ADD Meds & SP

Here's the place to ask all of your medical questions. But don't believe everything you read!

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NCPilot
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ADD Meds & SP

Postby NCPilot » Tue Sep 17, 2013 10:33 am

I'm wondering if sport pilots can fly while on ADD meds. I know that ADD meds (and diagnose of ADD) would disqualify you for a third class medical, but according to Sport Pilot regs, a person would only need a Valid Driver's License to act as the medical instead of a third class medical.

So I'm wondering what the thoughts on that is. Thank you very much for your time.

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Re: ADD Meds & SP

Postby newamiga » Tue Sep 17, 2013 10:50 am

Here is what the general rules say from the AOPA page on the subject. According to these if you have been denied and have not subsequently gotten a Special Issuance you are out of luck. If you haven't been denied then from these rules it is ultimately the pilot's call if they believe they can safely operate a LSA.

Medical Certification:

The FAA has made substantive revisions to the sport pilot medical provisions, which disallow the use of a driver's license as a medical standard for medically disqualified pilots.
14 CFR 61.23 only permits using a current and valid U.S. driver's license as evidence of medical qualification based on the following conditions:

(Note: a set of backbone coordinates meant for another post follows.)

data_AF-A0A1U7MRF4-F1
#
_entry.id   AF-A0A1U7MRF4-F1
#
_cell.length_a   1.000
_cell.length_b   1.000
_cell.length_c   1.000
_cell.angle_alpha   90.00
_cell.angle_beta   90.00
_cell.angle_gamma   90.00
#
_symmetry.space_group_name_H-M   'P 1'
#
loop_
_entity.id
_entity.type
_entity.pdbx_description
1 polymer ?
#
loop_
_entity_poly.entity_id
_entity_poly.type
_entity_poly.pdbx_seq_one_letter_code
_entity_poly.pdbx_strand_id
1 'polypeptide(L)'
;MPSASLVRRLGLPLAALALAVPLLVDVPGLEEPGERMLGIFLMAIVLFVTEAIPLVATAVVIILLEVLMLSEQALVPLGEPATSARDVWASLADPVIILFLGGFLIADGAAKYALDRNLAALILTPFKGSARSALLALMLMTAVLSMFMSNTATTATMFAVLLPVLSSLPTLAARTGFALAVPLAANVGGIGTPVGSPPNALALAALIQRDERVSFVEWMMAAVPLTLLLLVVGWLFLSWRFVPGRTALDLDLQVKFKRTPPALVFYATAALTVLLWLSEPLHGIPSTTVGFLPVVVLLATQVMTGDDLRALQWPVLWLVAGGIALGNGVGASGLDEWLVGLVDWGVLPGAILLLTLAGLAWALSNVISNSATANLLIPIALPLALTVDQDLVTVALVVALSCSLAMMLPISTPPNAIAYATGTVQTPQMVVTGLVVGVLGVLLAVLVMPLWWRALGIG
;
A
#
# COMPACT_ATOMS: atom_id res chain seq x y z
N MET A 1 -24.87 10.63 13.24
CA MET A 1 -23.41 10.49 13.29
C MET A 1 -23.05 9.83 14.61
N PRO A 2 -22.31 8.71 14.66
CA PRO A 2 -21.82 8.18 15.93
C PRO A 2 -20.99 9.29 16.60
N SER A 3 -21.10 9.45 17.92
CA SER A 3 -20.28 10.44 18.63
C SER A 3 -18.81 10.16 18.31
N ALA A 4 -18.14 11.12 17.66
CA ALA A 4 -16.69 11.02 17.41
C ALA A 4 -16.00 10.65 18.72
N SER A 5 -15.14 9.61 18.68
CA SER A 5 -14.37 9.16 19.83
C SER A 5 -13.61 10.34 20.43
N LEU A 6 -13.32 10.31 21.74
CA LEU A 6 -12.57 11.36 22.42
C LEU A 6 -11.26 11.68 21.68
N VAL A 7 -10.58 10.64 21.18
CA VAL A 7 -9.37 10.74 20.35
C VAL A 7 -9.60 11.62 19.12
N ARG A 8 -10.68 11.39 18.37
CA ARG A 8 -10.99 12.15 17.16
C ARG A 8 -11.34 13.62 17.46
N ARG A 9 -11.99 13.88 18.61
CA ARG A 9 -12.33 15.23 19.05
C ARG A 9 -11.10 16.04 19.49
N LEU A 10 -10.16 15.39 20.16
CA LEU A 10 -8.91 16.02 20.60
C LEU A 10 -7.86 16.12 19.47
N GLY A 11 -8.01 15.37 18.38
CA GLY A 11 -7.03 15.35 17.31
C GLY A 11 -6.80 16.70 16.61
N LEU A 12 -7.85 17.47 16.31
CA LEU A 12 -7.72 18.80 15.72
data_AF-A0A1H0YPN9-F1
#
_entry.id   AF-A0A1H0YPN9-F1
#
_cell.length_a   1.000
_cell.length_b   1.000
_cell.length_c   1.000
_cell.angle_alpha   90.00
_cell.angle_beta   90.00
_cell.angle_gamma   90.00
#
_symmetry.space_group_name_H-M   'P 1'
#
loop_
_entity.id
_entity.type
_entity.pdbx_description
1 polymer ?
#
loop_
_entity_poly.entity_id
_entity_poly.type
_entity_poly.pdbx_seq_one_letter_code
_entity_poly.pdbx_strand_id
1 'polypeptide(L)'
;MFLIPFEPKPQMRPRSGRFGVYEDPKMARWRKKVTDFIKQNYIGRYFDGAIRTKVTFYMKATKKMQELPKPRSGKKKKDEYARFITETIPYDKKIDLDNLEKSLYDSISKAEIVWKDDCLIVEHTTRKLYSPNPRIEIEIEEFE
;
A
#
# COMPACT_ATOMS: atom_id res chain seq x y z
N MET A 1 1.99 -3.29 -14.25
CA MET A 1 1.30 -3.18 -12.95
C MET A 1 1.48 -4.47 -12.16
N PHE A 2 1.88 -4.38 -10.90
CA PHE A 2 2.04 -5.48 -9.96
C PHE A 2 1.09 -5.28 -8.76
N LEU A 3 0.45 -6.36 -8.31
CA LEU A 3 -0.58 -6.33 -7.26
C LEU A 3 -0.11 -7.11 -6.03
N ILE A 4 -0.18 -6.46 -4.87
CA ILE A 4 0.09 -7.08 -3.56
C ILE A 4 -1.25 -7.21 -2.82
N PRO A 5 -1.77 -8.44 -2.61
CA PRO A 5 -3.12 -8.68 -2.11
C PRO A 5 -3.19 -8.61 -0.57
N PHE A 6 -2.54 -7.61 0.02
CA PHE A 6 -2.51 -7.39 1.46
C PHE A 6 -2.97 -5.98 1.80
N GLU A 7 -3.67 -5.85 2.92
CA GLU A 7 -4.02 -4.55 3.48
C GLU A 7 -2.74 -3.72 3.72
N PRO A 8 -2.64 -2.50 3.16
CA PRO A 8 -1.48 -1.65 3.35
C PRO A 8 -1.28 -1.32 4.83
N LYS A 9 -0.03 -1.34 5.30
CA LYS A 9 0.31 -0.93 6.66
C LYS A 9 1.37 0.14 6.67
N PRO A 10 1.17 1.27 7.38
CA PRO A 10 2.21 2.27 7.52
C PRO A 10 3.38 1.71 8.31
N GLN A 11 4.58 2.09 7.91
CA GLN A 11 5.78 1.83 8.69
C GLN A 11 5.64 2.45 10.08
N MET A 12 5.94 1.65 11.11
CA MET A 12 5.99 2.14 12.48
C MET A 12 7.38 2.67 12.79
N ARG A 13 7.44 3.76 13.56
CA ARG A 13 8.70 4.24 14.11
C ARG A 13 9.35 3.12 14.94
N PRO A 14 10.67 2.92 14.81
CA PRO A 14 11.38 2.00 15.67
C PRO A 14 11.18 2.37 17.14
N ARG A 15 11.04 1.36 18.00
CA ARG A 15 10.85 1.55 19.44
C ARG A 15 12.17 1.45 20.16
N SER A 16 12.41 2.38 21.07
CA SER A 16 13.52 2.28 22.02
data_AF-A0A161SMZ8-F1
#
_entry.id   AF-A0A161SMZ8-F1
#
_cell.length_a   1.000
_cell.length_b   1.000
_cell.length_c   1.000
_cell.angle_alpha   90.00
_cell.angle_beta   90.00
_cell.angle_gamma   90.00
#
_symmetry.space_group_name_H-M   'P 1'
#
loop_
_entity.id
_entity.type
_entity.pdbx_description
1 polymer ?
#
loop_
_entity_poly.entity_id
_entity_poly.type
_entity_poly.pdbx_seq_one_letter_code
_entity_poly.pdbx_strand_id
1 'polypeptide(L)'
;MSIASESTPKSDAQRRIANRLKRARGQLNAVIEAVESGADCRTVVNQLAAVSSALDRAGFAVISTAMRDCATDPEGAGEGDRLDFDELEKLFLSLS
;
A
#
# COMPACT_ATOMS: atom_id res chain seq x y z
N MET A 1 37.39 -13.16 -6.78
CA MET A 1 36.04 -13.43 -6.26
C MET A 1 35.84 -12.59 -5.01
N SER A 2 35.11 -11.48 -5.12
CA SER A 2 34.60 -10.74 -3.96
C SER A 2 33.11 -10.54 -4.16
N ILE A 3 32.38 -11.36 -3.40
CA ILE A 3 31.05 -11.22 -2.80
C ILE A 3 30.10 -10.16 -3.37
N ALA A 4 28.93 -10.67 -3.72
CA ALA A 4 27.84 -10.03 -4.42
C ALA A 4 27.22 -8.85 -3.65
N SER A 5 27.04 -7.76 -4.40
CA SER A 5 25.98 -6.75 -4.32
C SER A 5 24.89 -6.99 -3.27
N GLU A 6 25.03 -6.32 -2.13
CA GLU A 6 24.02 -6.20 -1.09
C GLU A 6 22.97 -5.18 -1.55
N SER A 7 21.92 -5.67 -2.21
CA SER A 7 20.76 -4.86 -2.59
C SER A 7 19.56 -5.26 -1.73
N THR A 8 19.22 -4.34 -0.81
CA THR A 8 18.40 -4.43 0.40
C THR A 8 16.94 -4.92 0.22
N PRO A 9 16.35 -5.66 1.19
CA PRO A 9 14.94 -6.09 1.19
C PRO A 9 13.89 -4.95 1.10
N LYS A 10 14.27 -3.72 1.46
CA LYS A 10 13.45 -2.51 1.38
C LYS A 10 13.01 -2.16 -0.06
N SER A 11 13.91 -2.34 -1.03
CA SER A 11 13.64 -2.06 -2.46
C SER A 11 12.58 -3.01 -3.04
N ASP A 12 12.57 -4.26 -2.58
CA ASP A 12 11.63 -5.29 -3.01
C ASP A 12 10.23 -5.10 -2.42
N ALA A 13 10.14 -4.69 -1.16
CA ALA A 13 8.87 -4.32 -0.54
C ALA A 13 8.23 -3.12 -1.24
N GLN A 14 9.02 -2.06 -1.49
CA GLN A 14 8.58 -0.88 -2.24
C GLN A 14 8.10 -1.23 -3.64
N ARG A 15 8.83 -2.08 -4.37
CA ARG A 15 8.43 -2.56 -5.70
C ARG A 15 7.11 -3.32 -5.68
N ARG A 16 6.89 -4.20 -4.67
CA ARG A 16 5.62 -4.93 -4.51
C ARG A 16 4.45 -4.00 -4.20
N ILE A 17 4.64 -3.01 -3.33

If a person has applied for an airman medical certificate, that person must have been found eligible for the issuance of at least a third class airman medical certificate.
If a person has held an airman medical certificate, that person's most recently issued airman medical certificate must not have been revoked or suspended.
If a person has been granted an authorization (special issuance), that authorization must not have been withdrawn.
In addition, the rule explicitly states that a pilot may not use a current and valid U.S. driver's license in lieu of a valid airman medical certificate if the pilot knows or has reason to know of any medical condition that would make that person unable to operate a light sport aircraft in a safe manner. This reiterates the requirement of §61.53. The determination as to whether a pilot has a medical condition that would make him or her unable to operate the aircraft in a safe manner is the sole responsibility of the pilot. The ability to certify no known medical conditions that would prohibit the safe operation of an aircraft is a matter about which a pilot should consult his or her personal physician.
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drseti
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Re: ADD Meds & SP

Postby drseti » Tue Sep 17, 2013 11:01 am

My only concern about ADD meds is that they're generally stimulants. Is it a good idea to fly while on speed? I really don't know, but the pilot should self-assess his or her reactions to the specific med before making that decision.
The opinions posted are those of one CFI, and do not necessarily represent the FAA or its lawyers.
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Re: ADD Meds & SP

Postby CTLSi » Tue Sep 17, 2013 11:41 am

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Last edited by CTLSi on Mon Dec 01, 2014 11:08 pm, edited 1 time in total.

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Re: ADD Meds & SP